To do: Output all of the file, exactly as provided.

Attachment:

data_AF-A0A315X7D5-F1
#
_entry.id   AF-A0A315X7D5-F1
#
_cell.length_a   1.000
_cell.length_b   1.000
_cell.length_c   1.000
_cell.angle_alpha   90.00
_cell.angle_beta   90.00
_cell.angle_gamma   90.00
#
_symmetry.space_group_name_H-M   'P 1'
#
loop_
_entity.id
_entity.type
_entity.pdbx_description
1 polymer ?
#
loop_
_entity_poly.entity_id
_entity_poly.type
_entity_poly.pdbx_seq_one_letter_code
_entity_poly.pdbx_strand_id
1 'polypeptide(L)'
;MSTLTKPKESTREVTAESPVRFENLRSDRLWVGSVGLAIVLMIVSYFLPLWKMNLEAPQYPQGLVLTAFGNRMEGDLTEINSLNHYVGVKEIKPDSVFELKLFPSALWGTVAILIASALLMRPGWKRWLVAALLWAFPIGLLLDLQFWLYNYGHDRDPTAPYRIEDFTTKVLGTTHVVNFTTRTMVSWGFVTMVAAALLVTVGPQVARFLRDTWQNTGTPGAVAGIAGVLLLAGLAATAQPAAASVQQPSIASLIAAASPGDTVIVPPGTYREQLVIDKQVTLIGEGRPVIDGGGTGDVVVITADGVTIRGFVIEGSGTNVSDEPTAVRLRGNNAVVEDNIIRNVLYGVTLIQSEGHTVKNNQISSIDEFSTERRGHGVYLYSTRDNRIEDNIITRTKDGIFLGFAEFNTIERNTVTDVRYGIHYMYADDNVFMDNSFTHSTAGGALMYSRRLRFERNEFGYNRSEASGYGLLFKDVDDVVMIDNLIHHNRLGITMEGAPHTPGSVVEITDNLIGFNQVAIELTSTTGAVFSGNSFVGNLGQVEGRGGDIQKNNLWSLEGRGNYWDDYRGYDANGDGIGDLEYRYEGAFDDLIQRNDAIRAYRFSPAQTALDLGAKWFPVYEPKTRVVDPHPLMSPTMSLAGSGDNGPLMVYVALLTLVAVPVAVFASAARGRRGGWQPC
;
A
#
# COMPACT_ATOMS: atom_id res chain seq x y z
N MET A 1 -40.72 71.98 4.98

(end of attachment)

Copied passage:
data_AF-A0A315X7D5-F1
#
_entry.id   AF-A0A315X7D5-F1
#
_cell.length_a   1.000
_cell.length_b   1.000
_cell.length_c   1.000
_cell.angle_alpha   90.00
_cell.angle_beta   90.00
_cell.angle_gamma   90.00
#
_symmetry.space_group_name_H-M   'P 1'
#
loop_
_entity.id
_entity.type
_entity.pdbx_description
1 polymer ?
#
loop_
_entity_poly.entity_id
_entity_poly.type
_entity_poly.pdbx_seq_one_letter_code
_entity_poly.pdbx_strand_id
1 'polypeptide(L)'
;MSTLTKPKESTREVTAESPVRFENLRSDRLWVGSVGLAIVLMIVSYFLPLWKMNLEAPQYPQGLVLTAFGNRMEGDLTEINSLNHYVGVKEIKPDSVFELKLFPSALWGTVAILIASALLMRPGWKRWLVAALLWAFPIGLLLDLQFWLYNYGHDRDPTAPYRIEDFTTKVLGTTHVVNFTTRTMVSWGFVTMVAAALLVTVGPQVARFLRDTWQNTGTPGAVAGIAGVLLLAGLAATAQPAAASVQQPSIASLIAAASPGDTVIVPPGTYREQLVIDKQVTLIGEGRPVIDGGGTGDVVVITADGVTIRGFVIEGSGTNVSDEPTAVRLRGNNAVVEDNIIRNVLYGVTLIQSEGHTVKNNQISSIDEFSTERRGHGVYLYSTRDNRIEDNIITRTKDGIFLGFAEFNTIERNTVTDVRYGIHYMYADDNVFMDNSFTHSTAGGALMYSRRLRFERNEFGYNRSEASGYGLLFKDVDDVVMIDNLIHHNRLGITMEGAPHTPGSVVEITDNLIGFNQVAIELTSTTGAVFSGNSFVGNLGQVEGRGGDIQKNNLWSLEGRGNYWDDYRGYDANGDGIGDLEYRYEGAFDDLIQRNDAIRAYRFSPAQTALDLGAKWFPVYEPKTRVVDPHPLMSPTMSLAGSGDNGPLMVYVALLTLVAVPVAVFASAARGRRGGWQPC
;
A
#
# COMPACT_ATOMS: atom_id res chain seq x y z
N MET A 1 -40.72 71.98 4.98